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Friday, December 20, 2013

A Proper Perspective on Health Coverage Terminations

Thousands of Americans, undeterred by computer glitches, have signed up for affordable, quality health insurance through and the state exchange websites. And thanks to the Affordable Care Act (ACA), people with pre-existing conditions, will no longer be denied the health care they so desperately need. The administration is also working with some of the country’s leading tech experts to improve so that even more people can sign up.

Despite these successes, there has been an abundance of media attention on the recent terminations of individual health insurance policies, and to some extent, these concerns have been blown out of proportion.  Like any other challenge made to a major piece of legislation, it’s critical to keep the debate in proper perspective. A new report by Families USA, entitle “How Does the Affordable Care Act Affect People Who Buy Health Insurance in the IndividualMarket?,” sheds light on the recent health coverage terminations.

Cancellations are occurring in the private, individual (non-group) market.  Only 5 percent of Americans get coverage in this market, and the majority of them are in this volatile market for less than a year. Slightly more than one-third of people with individual coverage have retained it for more than one year. The median duration in such plan coverage is eight months. It’s also important to remember terminated plans don’t comply with the ACA’s protections.

For the 5 percent of Americans in the individual market, more than two-thirds (71 percent) are eligible for substantial premium subsidies or expanded Medicaid, according to a recent Families USA report. This is good news for those who receive cancellation notices, they’ll potentially find a better plan, at a better price, at and state marketplace websites.

Although president Obama was right to express his concern about—and to propose interim corrective action for—the people at risk of losing health coverage due to the ACA, it’s important to keep perspective about the small portion of the population that might be adversely affected. That number is a tiny fraction of the 65 million non-elderly people with pre-existing health conditions, who will gain new protections through the affordable care act. It’s also a small fraction of the tens of millions of uninsured Americans, who can get help through new health coverage assistance. This perspective should be kept in mind as efforts continue to be made to mitigate any harm arising from plan terminations.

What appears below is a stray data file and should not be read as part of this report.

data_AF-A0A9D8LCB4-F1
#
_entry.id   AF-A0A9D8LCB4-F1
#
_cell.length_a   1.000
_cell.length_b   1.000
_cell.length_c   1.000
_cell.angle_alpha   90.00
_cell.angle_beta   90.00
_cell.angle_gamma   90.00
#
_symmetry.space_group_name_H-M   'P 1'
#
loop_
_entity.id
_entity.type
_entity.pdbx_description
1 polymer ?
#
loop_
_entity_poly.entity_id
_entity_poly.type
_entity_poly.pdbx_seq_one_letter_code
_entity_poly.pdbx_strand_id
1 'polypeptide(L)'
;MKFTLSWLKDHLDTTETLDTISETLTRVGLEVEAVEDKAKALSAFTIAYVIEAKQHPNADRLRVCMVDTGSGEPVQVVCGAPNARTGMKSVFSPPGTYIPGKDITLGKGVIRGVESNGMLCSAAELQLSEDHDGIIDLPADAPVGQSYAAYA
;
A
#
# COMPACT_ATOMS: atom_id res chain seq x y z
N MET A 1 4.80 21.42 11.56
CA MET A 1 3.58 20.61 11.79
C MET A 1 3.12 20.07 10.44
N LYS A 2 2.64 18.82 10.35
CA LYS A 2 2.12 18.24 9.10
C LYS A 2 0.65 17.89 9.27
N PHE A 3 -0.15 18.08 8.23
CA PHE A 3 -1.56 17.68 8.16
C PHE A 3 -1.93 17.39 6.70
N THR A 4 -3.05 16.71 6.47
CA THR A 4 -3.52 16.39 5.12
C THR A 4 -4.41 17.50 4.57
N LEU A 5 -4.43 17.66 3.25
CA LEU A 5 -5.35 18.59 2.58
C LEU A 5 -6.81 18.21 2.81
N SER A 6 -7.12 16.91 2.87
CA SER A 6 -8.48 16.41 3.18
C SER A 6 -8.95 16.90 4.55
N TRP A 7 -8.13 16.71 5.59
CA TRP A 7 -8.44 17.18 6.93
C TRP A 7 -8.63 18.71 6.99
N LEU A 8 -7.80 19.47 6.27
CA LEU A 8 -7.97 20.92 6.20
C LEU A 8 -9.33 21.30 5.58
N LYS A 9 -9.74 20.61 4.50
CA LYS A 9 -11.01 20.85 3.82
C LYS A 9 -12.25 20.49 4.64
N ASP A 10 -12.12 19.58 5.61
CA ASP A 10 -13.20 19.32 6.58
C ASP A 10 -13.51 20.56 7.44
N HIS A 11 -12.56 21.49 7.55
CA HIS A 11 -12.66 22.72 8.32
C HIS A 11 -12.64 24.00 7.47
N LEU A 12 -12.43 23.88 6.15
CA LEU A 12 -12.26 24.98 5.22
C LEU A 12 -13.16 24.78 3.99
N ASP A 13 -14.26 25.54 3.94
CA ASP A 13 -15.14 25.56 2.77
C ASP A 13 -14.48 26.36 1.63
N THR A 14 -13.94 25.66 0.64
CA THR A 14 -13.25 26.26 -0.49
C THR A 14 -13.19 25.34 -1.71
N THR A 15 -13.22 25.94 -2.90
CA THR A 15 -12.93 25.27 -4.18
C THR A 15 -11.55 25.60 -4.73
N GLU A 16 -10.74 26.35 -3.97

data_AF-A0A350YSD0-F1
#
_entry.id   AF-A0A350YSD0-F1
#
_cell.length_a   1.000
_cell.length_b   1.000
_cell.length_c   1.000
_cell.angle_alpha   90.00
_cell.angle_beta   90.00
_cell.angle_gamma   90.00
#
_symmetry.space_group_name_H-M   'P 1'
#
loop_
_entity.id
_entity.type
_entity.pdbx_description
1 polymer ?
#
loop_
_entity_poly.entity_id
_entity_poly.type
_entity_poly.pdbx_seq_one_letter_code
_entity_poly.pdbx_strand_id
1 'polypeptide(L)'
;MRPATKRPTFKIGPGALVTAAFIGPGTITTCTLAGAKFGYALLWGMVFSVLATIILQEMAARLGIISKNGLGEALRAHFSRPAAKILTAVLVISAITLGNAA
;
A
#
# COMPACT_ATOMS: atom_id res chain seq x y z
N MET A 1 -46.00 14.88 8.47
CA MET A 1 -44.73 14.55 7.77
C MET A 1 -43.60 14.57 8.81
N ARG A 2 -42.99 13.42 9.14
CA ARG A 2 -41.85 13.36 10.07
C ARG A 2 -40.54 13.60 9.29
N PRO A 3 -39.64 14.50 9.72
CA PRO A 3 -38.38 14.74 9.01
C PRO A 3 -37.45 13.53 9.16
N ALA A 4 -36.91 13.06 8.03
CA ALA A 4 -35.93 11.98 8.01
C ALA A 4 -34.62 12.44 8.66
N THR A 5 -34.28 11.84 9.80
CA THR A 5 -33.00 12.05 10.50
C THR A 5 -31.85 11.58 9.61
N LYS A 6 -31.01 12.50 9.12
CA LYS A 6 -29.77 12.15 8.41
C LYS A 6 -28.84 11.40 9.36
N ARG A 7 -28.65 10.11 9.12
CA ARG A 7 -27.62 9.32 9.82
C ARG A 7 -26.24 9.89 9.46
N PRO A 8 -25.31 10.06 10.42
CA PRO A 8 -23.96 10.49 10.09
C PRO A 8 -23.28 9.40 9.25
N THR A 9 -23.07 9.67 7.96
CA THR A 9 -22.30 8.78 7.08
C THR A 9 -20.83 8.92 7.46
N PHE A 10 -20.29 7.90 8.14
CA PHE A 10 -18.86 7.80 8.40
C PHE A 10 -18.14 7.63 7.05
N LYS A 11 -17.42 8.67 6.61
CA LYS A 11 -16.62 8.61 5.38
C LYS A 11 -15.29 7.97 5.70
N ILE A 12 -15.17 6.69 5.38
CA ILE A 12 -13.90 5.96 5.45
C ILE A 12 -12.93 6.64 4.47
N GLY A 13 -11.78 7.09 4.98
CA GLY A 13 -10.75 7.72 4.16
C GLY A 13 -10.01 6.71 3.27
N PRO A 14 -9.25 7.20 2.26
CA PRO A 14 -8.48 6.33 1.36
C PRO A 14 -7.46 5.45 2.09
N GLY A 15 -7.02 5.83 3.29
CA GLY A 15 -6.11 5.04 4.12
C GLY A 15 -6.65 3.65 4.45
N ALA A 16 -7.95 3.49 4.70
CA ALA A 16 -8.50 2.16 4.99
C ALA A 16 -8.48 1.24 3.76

The overwhelming majority of people with private individual insurance today will soon be able to receive better coverage and pay lower premiums due to the Affordable Care Act. As a result, their improved health coverage will become much more affordable.

By Jon-Michael Basile


  1. I applaud you on the blog. To offer your time and energy for something you strongly believe in is commendable. I do have a question and maybe you offer your opinion. This is specific to cost of premiums. I follow several dozen major digital media outlets but most and a few cable news outlet. It seems like we have a serious problem with increased cost and or deductibles. Also, due to the lack of younger people signing up insurance companies are growing increasingly concerned. Where is the fix?

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  3. Thank you for your comments Brooksy. You pose some good questions. At the moment, a lack of young people signing up does not seem to be a dire problem. Kaiser Family Foundation did a great report on issue.

    If 50 percent of the young uninsured people didn’t sign up on the new exchanges, premiums would only increase by 2.3 percent. It's also important to remember that ACA exchanges do account for age in price. So older people are paying more for health insurance.

    Deductibles and high premiums have always been high in the individual market. This is not a new issue, but it’s still an issue. I hope to write about it in a future post.